Re: Draft vote on constitutional issues
Matthew Johnson wrote:
> On Sun May 10 18:34, Luk Claes wrote:
>>> 3. Option X overrides a foundation document, possibly temporarily (?)
>> Not possible. You can only override a decision and amending a foundation
>> document is the previous option.
> What would you call the vote to ship non-free software in etch? Because
> that is what I mean. We are agreeing to do something which the
> foundation document said we would not, but only for a certain period of
> time (etch).
Well, that's rather incomplete as that means that we are shipping
non-free software in main before etch (in experimental, unstable,
testing), in stable (etch) and probably still after etch till it gets
fixed in experimental, unstable, testing. As it is very strange
formulated for what is really happening and it's ultimately the
maintainer and ftp-master's decision to ship it like that, I don't see
why you want to vote on it? It's not like you override the decision of
the maintainer/ftp-master, but rather acknowledge it.
> I don't _care_ what you call that, I call it a temporary override of a
> foundation document.
Please do read the constitution and don't use these terms if you mean
A temporary conflict with the foundation document for some packages is
only as temporary as the issues getting fixed. I don't see why there
needs to be a vote for a release as the release is only showing to the
broad audience what was already there all the time and not getting
fixed. When the Release Team decides to tag an issue <release>-ignore,
it does that when there are clear signs that the issues are being worked
on, but it being unrealistic to get fixed in time for the release. If it
would get fixed in time, the Release Team would of course still try to
include the fix in the release.
You could of course argue that the maintainer and ftp-master were not
respecting a foundation document, though in that case you should
override their decision IMHO.
>>> 4. Option X is declared not to be in conflict with a foundation document (?)
>>> 5. Option X conflicts with a foundation document, but explicitly doesn't
>>> want to override the FD (?)
>>> 6. Option X would appear that it might contradict an FD, but doesn't say
>>> which of 2-5 it is.
>> 4-6 are normal position statements AFAICS.
> That's certainly a point of view, but not the one every holds.
Yes, though please give some clear indications in the constitution on
how you can interpret it differently as I don't see them, TIA.
>>> 1. and 2. are what we wish every vote were like.
>>> 3. is things like "we agree that the kernel modules aren't free, but
>>> we'll ship them anyway" or "we'll ship them for this release".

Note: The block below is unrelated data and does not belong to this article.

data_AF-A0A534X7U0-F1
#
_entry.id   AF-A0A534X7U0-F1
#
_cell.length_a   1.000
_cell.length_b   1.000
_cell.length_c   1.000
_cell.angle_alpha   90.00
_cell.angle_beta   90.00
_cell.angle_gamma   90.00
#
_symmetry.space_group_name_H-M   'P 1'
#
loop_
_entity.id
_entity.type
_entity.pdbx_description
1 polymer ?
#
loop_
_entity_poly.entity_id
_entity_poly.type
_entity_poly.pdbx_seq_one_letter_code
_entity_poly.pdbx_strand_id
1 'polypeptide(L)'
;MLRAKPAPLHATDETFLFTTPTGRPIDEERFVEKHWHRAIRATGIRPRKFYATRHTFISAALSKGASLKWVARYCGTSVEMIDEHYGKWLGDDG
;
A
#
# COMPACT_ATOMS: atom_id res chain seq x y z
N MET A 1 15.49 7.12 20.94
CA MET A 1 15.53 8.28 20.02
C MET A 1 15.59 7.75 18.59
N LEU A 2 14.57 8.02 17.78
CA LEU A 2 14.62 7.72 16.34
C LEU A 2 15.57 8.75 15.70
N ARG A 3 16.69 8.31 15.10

>> This one would be in 4-6 AFAICS.
> Why do you say that. This is definitely contrary to a foundation
> document (if you don't think it is, please pick a different example
> which is) and we want it to be binding. Ergo, not a position statement.
Well, there is no such category in the constitution. If you do want to
include it, you'd better prepare a vote to include it IMHO.
>>> 5. is something like "Allow Lenny to release with firmware blobs. This
>>> does not override the DFSG", which I don't think makes any sense.
>> One cannot override a document.
> See above. I'm not interested in arguing about terminology, I think it's
> clear what I mean by 'override a document', please suggest alternative
> phrasing if you prefer.
It's you who are using the terminology in a different context and
meaning than what is used in the constitution AFAICS.
>> As the DFSG is a document that state our guidelines of what is free, I
>> don't see how it would get changed even temporary when we would have a
>> vote on 'Allow Lenny to release with firmware blobs'.
> OK, if you prefer it changes the SC to allow exceptions which don't
> conform to the DFSG. I'm sorry if I'm not being clear here, I was
> hoping people would get the gist of what I meant, but I'll try and be
> more pedantic in future.
Nope, it's telling that firmware blobs are not covered by the DFSG for
Lenny. It can't both conflict and not be covered by the same document
>>> Now, I understand you don't like the use of 'override' when describing
>>> option 3, I'm happy to describe it as something else, but _I_ think that
>>> the constitution at the moment requires 3:1 majority for this sort of
>>> vote. I know other people are equally certain it does not, but this is
>>> why I want to clarify it one way or another, to avoid future upset.
>> Well, what I propose to do is to read the constitution and use its terms
>> instead, which would ease these discussions a lot AFAICS.
> That would be great, unfortunately there seems to be a bit of a grey
> area here, hence the problems.
Only because people don't seem to read the constitution and follow some
ideas from what's included in the constitution that I don't find written
in it. Please do point me to the relevant sections of the constitution
if you find them, TIA.